Diet in Homœopathy

The articles of food that are chiefly recommended when attention to diet is necessary are stale bread, beef, mutton, poultry, fresh game, fish, chiefly cod and flat fish, avoiding mackerel, &c., eggs and oysters. Rice, sago, tapioca, and arrowroot are permitted, as are also potatoes, carrots, turnips, broccoli, cauliflower, asparagus, French beans, and broad beans. Water, milk, cocoa, and chocolate may be drunk. It is desirable to avoid all things that are not specified in the foregoing list. Ripe fruit may be eaten, but unripe fruit, unless cooked should be scrupulously avoided. 
 Treatment of Ailments by Homœopathy

Great stress is laid by homœopathists on attention to diet, but not so much so in the present day as when the system was first introduced. The reader will find a list of articles of food that may and may not be taken in par 961 . For complete direction on this point, and on diseases and their treatment and remedies, he must be referred to works on this subject by Dr. Richard Epps and others. All that can be done here is to give briefly a few of the more common ailments "that flesh is heir to," with the symptoms by which they are indicated, and the medicines by which they may be alleviated and eventually cured. 

 Extent of Doses in Homœopathy

Homœopathic medicines are given in the form of globules, pilules, or tincture, the last-named being generally preferred. The average doses for adults are from half a drop to one drop of the tincture given in a tablespoonful of water, from two to four pilules, or from three to six globules. In using the tincture it is usual to measure out a few tablespoonfuls of water and to add to it a certain number of drops regulated by the quantity of water that is used. For children medicine is mixed at the same strength, but a less quantity is given. The proper quantity for a dose is always given in books and manuals for the homœopathic treatment of disease. Small cases of the principal medicines used in homœopathy can be procured from most chemists, and with each case a little book showing the symptoms and treatment of all ordinary complaints is usually given.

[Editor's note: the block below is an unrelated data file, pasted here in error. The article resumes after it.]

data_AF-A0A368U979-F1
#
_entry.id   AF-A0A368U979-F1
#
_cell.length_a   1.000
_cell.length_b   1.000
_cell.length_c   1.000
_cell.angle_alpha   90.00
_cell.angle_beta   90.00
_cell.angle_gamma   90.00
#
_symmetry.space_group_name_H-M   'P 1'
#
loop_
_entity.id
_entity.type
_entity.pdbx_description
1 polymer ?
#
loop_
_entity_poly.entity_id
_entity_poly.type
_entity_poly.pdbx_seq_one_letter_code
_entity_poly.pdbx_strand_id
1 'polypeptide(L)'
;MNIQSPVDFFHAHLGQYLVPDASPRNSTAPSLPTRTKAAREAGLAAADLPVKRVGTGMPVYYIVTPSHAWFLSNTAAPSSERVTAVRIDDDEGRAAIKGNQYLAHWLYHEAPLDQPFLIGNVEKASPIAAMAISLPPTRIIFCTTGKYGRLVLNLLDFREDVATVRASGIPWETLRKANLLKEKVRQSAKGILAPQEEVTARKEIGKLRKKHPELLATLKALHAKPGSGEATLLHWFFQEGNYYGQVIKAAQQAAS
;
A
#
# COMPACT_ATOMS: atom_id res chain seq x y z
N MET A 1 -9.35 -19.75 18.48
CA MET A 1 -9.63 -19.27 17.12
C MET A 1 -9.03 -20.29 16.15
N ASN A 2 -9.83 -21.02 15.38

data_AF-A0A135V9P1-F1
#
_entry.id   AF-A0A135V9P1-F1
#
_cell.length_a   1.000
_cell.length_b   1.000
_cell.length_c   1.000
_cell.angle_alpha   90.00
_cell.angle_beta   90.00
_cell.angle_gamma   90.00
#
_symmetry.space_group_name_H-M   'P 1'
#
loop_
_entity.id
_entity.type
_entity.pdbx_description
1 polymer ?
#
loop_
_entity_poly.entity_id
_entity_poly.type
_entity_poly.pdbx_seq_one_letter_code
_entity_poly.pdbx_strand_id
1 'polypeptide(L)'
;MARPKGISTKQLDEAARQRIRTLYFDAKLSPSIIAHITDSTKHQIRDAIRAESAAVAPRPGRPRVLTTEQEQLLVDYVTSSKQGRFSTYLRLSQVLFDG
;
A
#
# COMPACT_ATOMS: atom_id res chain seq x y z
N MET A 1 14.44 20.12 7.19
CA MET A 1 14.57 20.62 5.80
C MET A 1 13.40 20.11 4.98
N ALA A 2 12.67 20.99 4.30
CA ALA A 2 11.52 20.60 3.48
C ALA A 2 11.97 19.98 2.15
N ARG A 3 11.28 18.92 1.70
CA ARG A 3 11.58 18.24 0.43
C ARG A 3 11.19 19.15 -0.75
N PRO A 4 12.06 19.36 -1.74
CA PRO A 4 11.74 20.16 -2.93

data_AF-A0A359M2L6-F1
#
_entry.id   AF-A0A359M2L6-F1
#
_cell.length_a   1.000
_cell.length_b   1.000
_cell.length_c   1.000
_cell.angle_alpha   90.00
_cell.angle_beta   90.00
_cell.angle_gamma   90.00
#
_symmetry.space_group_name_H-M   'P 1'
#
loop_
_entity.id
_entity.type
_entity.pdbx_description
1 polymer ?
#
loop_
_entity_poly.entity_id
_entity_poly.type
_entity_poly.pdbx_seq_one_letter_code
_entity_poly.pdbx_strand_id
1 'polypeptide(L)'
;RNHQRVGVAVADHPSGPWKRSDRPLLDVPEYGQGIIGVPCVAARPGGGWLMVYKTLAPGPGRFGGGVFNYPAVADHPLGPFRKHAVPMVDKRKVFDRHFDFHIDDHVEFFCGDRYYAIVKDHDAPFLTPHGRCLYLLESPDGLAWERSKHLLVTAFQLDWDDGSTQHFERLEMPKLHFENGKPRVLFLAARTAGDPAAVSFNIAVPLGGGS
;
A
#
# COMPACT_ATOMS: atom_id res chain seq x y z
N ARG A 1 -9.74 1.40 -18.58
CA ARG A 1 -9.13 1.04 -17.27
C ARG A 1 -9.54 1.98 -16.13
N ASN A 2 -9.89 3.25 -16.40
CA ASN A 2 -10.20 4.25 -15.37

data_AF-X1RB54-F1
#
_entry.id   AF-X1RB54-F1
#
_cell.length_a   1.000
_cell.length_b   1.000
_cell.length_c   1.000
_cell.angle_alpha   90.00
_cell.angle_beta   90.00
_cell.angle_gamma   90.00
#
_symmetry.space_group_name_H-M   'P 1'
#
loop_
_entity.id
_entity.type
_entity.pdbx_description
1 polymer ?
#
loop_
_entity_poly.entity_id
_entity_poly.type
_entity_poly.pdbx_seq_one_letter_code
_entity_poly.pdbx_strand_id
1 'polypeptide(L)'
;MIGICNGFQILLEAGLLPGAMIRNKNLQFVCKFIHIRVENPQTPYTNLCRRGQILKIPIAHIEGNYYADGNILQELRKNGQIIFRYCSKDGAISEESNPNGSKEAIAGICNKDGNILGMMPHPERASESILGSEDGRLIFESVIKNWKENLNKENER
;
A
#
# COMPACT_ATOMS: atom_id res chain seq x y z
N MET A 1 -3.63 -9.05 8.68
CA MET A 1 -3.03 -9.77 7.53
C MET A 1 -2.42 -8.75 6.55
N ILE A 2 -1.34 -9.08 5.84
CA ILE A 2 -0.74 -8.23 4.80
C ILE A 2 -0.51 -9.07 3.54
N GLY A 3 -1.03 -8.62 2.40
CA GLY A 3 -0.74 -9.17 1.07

Homœopathic Medicines

Homœopathic medicines are given in the form of globules or tinctures, the latter being generally preferred by homeopathic practitioners. When contrasted with the doses of drugs given by allopathists, the small doses administered by homœopathists must at first sight appear wholly in adequate to the purpose for which they are given; but homœopathists, whose dilution and trituration diffuse the drug given throughout the vehicle in which it is administered, argue that by this extension of its surface  the active power of the drug is greatly increased; and that there is reason in this argument is shown by the fact that large doses of certain drugs administered for certain purposes will pass through the system without in any way affecting those organs, which will be acted on most powerfully by the very same drugs when administered in much smaller doses. Thus a small dose of sweet spirit of nitre will act on the skin and promote perspiration, but a large dose will act as a diuretic only, and exert no influence on the skin. 

 Principle of Homœopathy

As homœopathy is now practised so widely and, indeed, preferred to the older system in many families, the Domestic Pharmacopœia could scarcely lay claim to be considered complete without a brief mention of the principal remedies used and recommended by homœopathic practitioners, and the disorders for which these remedies are specially applicable. The principle of homœopathy is set forth in the Latin words "similia similibus curantur ," the meaning of which is "likes are cured by likes."

The meaning of this is simply that the homœopathist in order to cure a disease, administers a medicine which would produce in a perfectly healthy subject, symptoms like , but not identical  with or the same  as, the symptoms to counteract which the medicine is given. The homœopathic practitioner, therefore, first makes himself thoroughly acquainted with the symptoms that are exhibited by the sufferer; having ascertained these, in order to neutralize them and restore the state of the patient's health to a state of equilibrium, so to speak, he administers preparations that would produce symptoms of a like character in persons in good health.

It is not said, be it remembered, that the drug can produce in a healthy person the disease from which the patient is suffering: it is only advanced by homœopathists that the drug given has the power of producing in a person in health, symptoms similar to those of the disease under which the patient is languishing, and that the correct mode of treatment is to counteract the disease symptoms by the artificial production of similar symptoms by medicinal means, or in other words, to suit the medicine to the disorder, by a previously acquired knowledge of the effects of the drug, by experiment on a healthy person.